Wednesday, 8 February, 2023
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OPINION

Journalists Should Uphold Public Trust



Dr. Kundan Aryal

 

A recent verdict of a district court in Nepal has strongly reminded that journalists must abide by the journalistic code of ethics to maintain the public trust. In a series of such verdicts, the media people have been punished time and again. The recent one could also be considered as another eye-opener for the media practitioners.

Surkhet district court’s verdict that slapped a five-month-long imprisonment on a journalist for violating the right to privacy of a raped girl is in line with the journalistic code of ethics. It could also be considered as a warning against those involving in unethical practice. Journalists Code of Ethics, 2016, under the subheading of Respect for Right to Privacy, states that journalists and mass media should respect individuals’ right to privacy. The ethical standards ensure that while quoting the source, the name and identity of the source should be kept confidential to avoid any serious damage to the source.

Universal standard
Universal standard of journalism regarding the respect for the right to privacy has been incorporated in Nepal’s media law. The code of conduct of Nepali journalists ensures it. Moreover, whenever a person starts a journalism carrier, s/he needs to know the relevant rules and regulations as well as professional and ethical standards. However, there are growing cases of non-abidance of the professional ethic in the field. Moreover, there is a specific directive on reporting women which also ensures an individual's rights to privacy and instructs media and journalists not to disclose the identity of women in such incidents. Nepali judiciary has a clear verdict reinforcing the ethics of journalism.

Non-abidance of code of ethics arises from unawareness of basic journalistic standards. Professional journalists in Nepal are trying their best to address this problem. But, the general public has started to think that the violation of ethical standards is the result of the communicators' undue attempt to sell the product or post clickbait. Subsequently, the courts have stepped up to do away with such anomalies that need to be tackled differently.

Against this backdrop, the verdict of Surkhet district court came with a strong measure against the attempts of second-level victimisation of a girl who is a survivor of rape. At first, she was victimised by the rapists and then the media did harm her by exposing her privacy. The chief of Raptipaschim.com is sentenced to five-month-long imprisonment and a sum of Rs. 5,000 as penalties. However, the court has put a condition that in case of apology on the part of that online news portal, the imprisonment will be waived.

In 1947, Professor Robert Maynard Hutchins, chairman of the Commission on Freedom of the Press in the US, concludes that the freedom of the press is in danger for three reasons. His report ‘A Free and Responsible Press’, which is considered as the source of the prevalent social responsibility theory of media, first argues that the importance of the press to the people has greatly increased with the development of the press as an instrument of mass communication. But, he also notes that at the same time the development of the press as an instrument of mass communication has greatly decreased the proportion of the people who can express their opinions and ideas through the press.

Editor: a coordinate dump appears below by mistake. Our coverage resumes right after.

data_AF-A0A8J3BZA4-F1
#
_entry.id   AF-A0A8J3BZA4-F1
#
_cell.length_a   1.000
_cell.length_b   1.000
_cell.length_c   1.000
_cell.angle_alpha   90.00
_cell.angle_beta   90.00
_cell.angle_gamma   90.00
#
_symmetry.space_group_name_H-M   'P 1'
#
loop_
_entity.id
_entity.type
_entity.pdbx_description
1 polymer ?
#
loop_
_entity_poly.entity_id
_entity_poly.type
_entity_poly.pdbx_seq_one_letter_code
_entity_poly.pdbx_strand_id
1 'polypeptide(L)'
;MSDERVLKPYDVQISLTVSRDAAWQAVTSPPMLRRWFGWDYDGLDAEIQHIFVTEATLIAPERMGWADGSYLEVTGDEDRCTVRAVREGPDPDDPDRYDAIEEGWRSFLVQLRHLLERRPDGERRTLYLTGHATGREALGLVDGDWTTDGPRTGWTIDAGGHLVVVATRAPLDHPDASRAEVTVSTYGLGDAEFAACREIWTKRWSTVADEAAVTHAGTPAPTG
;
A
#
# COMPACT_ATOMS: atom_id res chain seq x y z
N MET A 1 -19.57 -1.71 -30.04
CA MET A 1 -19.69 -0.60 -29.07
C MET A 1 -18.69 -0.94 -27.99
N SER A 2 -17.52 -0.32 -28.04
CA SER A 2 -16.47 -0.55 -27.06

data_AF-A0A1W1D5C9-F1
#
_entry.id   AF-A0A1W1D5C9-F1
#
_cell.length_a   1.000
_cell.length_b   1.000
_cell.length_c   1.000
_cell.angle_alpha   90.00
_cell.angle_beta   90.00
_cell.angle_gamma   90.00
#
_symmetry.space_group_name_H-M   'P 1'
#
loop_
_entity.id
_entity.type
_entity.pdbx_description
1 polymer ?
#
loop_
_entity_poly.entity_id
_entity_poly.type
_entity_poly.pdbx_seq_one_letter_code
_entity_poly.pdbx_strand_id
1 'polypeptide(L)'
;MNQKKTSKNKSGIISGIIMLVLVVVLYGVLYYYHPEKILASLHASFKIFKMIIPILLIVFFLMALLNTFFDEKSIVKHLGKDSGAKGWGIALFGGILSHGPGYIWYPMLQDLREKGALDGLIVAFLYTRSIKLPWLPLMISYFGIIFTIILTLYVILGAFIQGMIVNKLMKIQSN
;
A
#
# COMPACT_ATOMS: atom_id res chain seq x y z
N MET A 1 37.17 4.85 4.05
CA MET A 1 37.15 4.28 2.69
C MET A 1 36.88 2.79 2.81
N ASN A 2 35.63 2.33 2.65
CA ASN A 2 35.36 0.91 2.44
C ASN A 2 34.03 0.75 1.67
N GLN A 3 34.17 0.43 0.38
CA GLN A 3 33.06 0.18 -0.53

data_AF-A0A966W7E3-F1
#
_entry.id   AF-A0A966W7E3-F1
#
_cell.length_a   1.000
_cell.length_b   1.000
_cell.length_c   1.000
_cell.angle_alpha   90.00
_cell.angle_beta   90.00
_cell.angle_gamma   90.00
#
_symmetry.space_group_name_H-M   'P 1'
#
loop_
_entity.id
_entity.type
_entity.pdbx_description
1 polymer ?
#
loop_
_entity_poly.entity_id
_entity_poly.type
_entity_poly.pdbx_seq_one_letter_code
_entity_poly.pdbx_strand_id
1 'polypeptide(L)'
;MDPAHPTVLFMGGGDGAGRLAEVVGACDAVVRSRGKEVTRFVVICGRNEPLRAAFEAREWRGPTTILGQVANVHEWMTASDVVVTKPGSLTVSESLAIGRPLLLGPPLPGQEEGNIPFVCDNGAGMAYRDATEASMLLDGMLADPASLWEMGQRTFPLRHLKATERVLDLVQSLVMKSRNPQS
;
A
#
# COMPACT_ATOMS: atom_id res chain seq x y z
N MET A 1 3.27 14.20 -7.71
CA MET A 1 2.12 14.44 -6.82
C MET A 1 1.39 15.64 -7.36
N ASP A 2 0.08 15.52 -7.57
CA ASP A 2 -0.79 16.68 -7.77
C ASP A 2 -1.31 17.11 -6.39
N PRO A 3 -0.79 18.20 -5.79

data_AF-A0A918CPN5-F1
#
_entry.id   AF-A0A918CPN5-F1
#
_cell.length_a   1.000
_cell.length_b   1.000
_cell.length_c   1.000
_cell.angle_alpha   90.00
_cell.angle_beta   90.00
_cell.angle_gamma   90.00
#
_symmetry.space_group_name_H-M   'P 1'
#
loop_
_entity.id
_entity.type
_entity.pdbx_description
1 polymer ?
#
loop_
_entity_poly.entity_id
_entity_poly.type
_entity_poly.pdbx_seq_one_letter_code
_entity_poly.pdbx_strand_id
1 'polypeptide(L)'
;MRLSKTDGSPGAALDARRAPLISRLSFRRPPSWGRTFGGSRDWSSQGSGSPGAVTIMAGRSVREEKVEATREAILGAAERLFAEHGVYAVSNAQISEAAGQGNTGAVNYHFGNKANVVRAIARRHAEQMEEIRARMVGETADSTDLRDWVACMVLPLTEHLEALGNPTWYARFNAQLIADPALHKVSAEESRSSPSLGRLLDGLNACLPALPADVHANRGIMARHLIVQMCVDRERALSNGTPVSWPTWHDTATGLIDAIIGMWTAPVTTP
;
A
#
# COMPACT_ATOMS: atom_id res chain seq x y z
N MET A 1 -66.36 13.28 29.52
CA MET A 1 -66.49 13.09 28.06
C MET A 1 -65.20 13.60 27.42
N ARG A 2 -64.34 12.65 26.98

His second argument is that the few who can use the machinery of the press as an instrument of mass communication have not provided a service adequate to the needs of the society. His third premise concerning the danger before the press freedom is that those who direct the machinery of the press have engaged from time to time in practices which the society condemns and which, if continued, it will inevitably undertake to regulate or control.

Noble attempt
Surkhet district court's verdict has once again reminded Hutchins’s commission report by drawing the attention of the Federation of Nepali Journalists, an umbrella organisation of journalists in Nepal. It could be considered a noble attempt to hold the power centres in Kathmandu accountable. There could be a debate on verdict of the court that should not imprison a journalist over the news report. However, this has raised at least two questions in this regard.

First, as all kinds of printed paper cannot be termed as newspaper, can any content disseminated through the digital platform be considered as online journalism? Second, the court has given second chance to the offender that in case of apology, he would be pardoned for his offence. If the issue would have been of political nature, such a verdict could be criticised as an attempt to undermine pluralism.
The instruments of mass media can be misused by a handful of people. Likewise, every journalist should abide by the universal doctrine of not harming anyone. However, as Hutchins argues when an instrument of prime importance to all the people is under the control of a few people who do not pose wisdom, the media would fail to serve people. Historical instances have shown that the media fails to uphold the public trust when they violate professional standards and ethics.

(Dr. Aryal is associated with the Central Department of Journalism and Mass Communication of Tribhuvan University.)